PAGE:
Sunday, 13 July 2014

Jump Off Points - Chain of Command 1918

Chums Phil and Steve have been singing the praises of TFL's Chain of Command for a while now so I've decided to give it a whirl. Steve has been playing the WW2 era, whereas Phil has been fighting encounters from 1918 when all sides began implementing more 'modern' infantry tactics. In preparation for my first game(s) I've been making some Jump Off point markers - they'll also be jolly handy in other WW1 games as objective markers, etc. Here's the full set, four British (left) and four German (right).

Two of each set were made using some 40mm scenic bases I ordered from Hasslefree Miniatures some time back. I had intended to put weapons teams on them but the result looked too cramped. The crates are from Grand Manner's superb Great War Battlefield Clutter range. Here's two for the Germans.

And here's two for the British. The detail was great fun to paint.

After reading a bit more about Chain of Command I realised that I would need potentially a set of four for each side! Therefore I set about making another two jump off points for each side, this time on 50mm Warbases circular bases.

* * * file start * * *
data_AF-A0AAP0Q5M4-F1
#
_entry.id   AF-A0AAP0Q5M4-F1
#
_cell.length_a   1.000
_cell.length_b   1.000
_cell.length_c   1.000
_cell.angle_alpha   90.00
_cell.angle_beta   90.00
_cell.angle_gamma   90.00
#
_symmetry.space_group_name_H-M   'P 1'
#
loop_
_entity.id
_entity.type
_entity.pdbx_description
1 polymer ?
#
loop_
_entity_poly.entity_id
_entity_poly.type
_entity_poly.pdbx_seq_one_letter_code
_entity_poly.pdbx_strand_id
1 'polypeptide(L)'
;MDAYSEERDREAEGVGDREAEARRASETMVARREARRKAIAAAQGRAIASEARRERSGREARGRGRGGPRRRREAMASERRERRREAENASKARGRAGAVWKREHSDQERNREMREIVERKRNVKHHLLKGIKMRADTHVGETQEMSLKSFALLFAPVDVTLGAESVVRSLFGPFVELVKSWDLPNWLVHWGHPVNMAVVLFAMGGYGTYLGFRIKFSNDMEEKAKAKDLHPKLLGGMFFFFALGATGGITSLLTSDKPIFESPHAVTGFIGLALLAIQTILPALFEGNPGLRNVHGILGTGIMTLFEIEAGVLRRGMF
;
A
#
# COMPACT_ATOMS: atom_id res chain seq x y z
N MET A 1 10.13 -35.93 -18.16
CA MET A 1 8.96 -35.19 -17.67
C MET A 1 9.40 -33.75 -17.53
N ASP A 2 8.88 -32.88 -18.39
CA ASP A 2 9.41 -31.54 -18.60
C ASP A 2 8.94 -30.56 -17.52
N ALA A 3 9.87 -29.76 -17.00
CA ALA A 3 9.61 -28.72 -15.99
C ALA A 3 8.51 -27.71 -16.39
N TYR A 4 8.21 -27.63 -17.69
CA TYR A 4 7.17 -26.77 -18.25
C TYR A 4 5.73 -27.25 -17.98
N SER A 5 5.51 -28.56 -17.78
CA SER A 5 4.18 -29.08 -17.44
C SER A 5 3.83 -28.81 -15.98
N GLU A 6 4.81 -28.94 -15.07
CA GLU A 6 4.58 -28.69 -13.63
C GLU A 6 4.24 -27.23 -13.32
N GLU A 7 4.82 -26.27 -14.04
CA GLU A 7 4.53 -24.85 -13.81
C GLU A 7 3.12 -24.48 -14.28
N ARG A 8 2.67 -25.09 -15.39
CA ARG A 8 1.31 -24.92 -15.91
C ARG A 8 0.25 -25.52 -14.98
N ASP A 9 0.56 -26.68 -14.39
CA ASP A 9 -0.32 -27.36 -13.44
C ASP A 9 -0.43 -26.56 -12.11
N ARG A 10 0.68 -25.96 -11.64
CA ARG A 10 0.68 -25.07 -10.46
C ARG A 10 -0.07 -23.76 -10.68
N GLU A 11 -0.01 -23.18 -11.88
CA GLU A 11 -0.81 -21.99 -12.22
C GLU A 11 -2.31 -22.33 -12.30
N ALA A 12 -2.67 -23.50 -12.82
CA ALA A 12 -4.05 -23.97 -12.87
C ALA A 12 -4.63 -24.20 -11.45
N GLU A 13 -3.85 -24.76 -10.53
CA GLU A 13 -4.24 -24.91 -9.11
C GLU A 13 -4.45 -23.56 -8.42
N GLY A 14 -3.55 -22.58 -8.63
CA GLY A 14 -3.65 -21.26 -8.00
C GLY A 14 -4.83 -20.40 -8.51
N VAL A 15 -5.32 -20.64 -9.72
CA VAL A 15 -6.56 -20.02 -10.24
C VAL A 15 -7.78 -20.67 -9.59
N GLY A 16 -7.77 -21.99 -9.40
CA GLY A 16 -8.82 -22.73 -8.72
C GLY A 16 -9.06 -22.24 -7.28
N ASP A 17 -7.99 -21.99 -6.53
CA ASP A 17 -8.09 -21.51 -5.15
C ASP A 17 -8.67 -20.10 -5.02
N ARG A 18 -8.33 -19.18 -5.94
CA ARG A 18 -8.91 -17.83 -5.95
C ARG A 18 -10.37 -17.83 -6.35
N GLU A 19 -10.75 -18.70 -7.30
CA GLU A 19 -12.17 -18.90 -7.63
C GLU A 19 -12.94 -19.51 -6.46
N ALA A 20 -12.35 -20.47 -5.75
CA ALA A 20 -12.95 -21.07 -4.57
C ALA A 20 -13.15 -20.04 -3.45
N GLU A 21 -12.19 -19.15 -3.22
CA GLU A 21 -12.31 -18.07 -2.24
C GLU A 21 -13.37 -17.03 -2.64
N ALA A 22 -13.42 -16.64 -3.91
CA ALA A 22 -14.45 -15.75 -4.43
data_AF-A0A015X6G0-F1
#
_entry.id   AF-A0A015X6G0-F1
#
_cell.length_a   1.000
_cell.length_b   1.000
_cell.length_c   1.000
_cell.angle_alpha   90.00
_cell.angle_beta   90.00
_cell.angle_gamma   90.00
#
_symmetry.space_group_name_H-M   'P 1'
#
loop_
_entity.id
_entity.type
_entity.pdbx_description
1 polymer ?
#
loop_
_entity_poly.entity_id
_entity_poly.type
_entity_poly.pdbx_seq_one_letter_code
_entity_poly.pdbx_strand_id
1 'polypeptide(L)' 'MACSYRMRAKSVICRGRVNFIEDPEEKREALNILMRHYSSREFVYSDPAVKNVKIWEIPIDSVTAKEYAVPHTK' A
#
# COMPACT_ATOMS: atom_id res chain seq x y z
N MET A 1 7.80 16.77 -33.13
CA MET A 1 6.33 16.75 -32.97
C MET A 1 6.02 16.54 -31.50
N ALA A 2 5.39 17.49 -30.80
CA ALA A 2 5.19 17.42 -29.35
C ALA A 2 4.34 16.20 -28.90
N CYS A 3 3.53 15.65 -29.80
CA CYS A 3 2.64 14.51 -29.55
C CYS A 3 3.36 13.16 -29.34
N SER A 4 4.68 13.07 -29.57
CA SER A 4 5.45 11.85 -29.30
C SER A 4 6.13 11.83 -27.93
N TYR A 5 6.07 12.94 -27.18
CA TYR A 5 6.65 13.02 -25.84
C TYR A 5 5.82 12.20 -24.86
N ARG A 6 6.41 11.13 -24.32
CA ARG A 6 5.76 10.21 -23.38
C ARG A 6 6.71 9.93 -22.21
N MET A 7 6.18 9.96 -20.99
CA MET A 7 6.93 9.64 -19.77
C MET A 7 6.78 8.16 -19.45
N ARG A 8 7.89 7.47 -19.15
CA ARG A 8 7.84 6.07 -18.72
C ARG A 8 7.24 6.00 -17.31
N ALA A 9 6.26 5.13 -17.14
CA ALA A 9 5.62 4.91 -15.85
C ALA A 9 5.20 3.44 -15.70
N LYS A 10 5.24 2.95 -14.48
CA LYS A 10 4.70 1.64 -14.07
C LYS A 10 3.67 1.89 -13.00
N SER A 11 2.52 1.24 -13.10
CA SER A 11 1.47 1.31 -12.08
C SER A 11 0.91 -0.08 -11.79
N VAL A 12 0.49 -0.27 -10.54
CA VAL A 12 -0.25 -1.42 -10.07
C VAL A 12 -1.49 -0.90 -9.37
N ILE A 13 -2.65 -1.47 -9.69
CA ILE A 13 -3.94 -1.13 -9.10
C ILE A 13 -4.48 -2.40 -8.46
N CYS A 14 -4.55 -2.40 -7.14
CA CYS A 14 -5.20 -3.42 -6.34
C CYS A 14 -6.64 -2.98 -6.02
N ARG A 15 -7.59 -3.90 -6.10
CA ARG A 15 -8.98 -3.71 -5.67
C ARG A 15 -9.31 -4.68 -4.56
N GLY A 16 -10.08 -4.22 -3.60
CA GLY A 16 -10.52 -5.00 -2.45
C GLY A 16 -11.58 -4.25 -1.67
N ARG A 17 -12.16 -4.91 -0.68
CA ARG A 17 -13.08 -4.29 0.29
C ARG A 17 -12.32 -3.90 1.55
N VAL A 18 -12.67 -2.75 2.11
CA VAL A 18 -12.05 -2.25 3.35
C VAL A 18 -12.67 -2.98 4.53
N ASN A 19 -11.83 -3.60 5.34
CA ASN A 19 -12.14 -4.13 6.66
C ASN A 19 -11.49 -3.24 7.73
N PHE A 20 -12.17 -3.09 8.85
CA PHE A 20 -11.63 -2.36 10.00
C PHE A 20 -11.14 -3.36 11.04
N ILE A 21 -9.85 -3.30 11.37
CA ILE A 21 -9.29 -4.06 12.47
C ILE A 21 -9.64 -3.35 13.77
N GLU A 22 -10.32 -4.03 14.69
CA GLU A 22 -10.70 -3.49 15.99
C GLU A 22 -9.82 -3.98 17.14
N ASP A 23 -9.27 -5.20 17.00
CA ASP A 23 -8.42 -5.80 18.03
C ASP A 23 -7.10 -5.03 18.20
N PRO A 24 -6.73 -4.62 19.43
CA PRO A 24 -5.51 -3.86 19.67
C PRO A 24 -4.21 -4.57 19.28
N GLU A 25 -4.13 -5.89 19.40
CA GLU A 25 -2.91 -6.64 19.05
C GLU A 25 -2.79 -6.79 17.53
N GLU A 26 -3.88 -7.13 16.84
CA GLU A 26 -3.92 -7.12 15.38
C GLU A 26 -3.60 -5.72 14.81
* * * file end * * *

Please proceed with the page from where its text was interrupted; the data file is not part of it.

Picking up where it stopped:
Blown up trees always look good on WW1 battlefields - these are just branches from an old shrub. Distress them a little for a better effect. The bricks are chopped up Plastruct plastic strips available from most model shops.

The other two bases featured some plasticard Corrugated Iron and some brick with more crates from Grand Manner.

More of the British and German 'clutter' range. I painted them before adding them to the bases as it was easier. These were undercoated leather brown then painted in Foundry Bay Brown shade or Vallejo Tan Yellow, then washed with GW Agrax Earthshade, highlighted with the base colours then given a very light final highlight of Foundry Boneyard.

The two finished British jump off points.

Another view. The iron was painted using Foundry Slate Grey (don't forget that most corrugated iron is galvanised). The rust was Foundry Conker Brown, followed by highlights of Foundry Bright Red mixed with Foundry Lemon to give a range of orange hues.

Here's the German jump off points.

The trees were undercoated leather brown, followed by a thin coat of Foundry Bay Brown, then washed in GW Agrax Earthshade, finished with a final highlight of Foundry Boneyard to bring out the wood texture.

I'm currently painting some more WW1 Germans (late war) so that I can get playing my own games. More on that soon.